I do think it’s a bit different this time as with Dolby Atmos it is very easy to deliver derivatives of that mix, such as the 5.1 and stereo. It’s a relatively quick and straightforward process. What also makes it feel different this time around are the technologies available in consumer headphones making it possible to replicate the immersive experience. And it’s not the case that you will need to have different headphones to be able to enjoy this experience; regular headphones are able to decode immersive mixes. So it seems to me that a lot of the elements that will make it possible for these technologies to cross over in a major way are already in place.
How do you see NGA developing from a format perspective – in other words, do you think there will be a need to support different immersive/object-based formats on an open-ended basis?
It’s an interesting question, and I think what we would essentially like to do is be able to be agnostic format-wise and make sure that we can deliver immersive capabilities to the market in a way that supports people working the way they would like to. Of course, it’s relatively early days and it is still to be determined how the market will develop, although it is clear that Dolby Atmos is at the forefront of developments and we perceive that continuing to be the case.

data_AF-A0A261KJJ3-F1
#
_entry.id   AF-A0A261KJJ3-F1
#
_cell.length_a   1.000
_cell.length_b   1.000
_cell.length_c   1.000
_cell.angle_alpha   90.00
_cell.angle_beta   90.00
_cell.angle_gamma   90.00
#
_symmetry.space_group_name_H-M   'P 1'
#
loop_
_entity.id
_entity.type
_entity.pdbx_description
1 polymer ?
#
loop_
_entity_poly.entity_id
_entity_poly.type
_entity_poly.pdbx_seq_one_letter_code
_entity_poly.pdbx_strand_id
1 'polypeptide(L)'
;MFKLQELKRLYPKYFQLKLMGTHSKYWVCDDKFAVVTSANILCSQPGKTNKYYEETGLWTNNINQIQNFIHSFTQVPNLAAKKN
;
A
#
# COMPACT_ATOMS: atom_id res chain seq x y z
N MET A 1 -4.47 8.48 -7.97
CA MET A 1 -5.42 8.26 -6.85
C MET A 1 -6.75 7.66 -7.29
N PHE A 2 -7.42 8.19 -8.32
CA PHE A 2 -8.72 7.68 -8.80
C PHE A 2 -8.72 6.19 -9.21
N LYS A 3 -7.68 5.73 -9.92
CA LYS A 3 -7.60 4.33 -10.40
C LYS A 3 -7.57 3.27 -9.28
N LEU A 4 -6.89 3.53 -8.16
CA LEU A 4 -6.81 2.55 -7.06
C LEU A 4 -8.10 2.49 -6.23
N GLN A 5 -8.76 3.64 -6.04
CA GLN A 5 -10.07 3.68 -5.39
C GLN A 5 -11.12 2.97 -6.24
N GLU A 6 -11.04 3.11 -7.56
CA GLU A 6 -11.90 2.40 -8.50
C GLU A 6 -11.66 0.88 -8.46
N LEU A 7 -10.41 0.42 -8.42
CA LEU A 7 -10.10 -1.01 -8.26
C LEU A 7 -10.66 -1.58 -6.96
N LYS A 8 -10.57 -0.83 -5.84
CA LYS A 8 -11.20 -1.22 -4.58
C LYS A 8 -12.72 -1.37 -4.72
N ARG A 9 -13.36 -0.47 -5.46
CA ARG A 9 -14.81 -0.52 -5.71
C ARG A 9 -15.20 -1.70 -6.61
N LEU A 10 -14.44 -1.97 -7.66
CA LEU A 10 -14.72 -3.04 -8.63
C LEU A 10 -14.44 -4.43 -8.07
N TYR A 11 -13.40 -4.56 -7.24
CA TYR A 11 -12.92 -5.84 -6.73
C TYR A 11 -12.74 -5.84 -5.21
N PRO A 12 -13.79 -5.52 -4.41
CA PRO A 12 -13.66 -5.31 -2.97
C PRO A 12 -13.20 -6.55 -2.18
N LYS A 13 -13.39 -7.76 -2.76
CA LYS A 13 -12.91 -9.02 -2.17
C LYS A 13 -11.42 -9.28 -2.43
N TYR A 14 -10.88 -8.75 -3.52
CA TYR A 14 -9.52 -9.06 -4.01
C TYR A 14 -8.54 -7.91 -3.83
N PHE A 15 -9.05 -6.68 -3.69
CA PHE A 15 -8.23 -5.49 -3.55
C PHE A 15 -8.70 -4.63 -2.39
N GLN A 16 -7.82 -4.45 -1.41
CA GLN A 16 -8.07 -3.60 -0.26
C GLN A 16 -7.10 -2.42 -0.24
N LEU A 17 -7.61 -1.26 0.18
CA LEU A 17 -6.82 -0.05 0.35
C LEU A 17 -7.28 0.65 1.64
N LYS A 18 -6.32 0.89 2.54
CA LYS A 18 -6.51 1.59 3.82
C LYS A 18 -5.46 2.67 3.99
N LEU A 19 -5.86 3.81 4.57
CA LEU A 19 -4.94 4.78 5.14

Turning to another hot topic, how do you evaluate the current state of play with regard to the adoption of IP-based workflows?
I think that we are at a very advanced stage of progress, and that was highlighted at IBC 2018, where we had a display of our IP workflows that suit a wide variety of applications, ranging from live sound to production studios and beyond. There is no doubt that IP-based audio workflows are absolutely a key requirement of most new studios being built today.
Not only does it make a great deal of sense from a cost perspective, there is also the potential for increased flexibility to grow and expand a current facility. It’s something we see with the adoption of technologies such as AVB and Dante.
We continue to develop new solutions that support demanding IP-based workflows. For example, consider our MTRX box, which has 8 card slots in the back that allow the user to mix and match between different I/O formats, mic pres, etc. And we will soon be releasing a Dante card that makes it possible to split up to 128 channels of audio over IP per card, so if you want to turn your matrix into a complete router you can actually have more than 1000 channels of IP audio at your disposal. That’s powerful and it’s that kind of flexibility and capability we see as being a requirement going forward for a lot of studios.
Finally, can you share a few of your predictions for 2019?
I think we will see the developments that we have discussed here continuing and becoming more prominent; in particular, I think we will see a lot more music being mastered for Dolby Atmos as well as more immersive audio mixing for broadcast. We already see a lot of cinemas with Dolby Atmos capability, but I expect that consumer adoption will increase as more people realise that you don’t need to put speakers in your ceiling, but you can still get a great experience with a soundbar or headphones. And the more content that is delivered – for example, through Netflixand other delivery mechanisms – the more compelling it will be for consumers to want to experience immersive audio.